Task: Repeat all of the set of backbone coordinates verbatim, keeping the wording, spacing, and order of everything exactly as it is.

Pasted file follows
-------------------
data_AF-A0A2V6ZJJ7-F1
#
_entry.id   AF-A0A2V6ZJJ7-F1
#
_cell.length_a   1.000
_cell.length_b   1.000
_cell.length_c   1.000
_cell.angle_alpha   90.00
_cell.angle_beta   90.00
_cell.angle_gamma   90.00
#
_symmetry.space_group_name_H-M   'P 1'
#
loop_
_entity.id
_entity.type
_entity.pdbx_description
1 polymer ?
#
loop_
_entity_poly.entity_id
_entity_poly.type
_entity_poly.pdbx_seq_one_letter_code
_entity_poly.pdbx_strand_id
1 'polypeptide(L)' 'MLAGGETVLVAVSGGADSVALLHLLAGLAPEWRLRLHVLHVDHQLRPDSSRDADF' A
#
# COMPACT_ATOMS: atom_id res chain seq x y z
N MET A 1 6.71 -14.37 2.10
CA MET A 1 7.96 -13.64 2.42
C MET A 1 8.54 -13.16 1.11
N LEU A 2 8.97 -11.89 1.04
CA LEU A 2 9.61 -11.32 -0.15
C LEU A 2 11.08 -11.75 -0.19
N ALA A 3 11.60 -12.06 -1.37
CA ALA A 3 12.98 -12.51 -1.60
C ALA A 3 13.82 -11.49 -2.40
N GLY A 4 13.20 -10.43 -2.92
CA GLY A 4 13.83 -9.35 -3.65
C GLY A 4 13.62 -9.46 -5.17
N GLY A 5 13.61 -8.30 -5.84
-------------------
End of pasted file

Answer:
data_AF-A0A2V6ZJJ7-F1
#
_entry.id   AF-A0A2V6ZJJ7-F1
#
_cell.length_a   1.000
_cell.length_b   1.000
_cell.length_c   1.000
_cell.angle_alpha   90.00
_cell.angle_beta   90.00
_cell.angle_gamma   90.00
#
_symmetry.space_group_name_H-M   'P 1'
#
loop_
_entity.id
_entity.type
_entity.pdbx_description
1 polymer ?
#
loop_
_entity_poly.entity_id
_entity_poly.type
_entity_poly.pdbx_seq_one_letter_code
_entity_poly.pdbx_strand_id
1 'polypeptide(L)' 'MLAGGETVLVAVSGGADSVALLHLLAGLAPEWRLRLHVLHVDHQLRPDSSRDADF' A
#
# COMPACT_ATOMS: atom_id res chain seq x y z
N MET A 1 6.71 -14.37 2.10
CA MET A 1 7.96 -13.64 2.42
C MET A 1 8.54 -13.16 1.11
N LEU A 2 8.97 -11.89 1.04
CA LEU A 2 9.61 -11.32 -0.15
C LEU A 2 11.08 -11.75 -0.19
N ALA A 3 11.60 -12.06 -1.37
CA ALA A 3 12.98 -12.51 -1.60
C ALA A 3 13.82 -11.49 -2.40
N GLY A 4 13.20 -10.43 -2.92
CA GLY A 4 13.83 -9.35 -3.65
C GLY A 4 13.62 -9.46 -5.17
N GLY A 5 13.61 -8.30 -5.84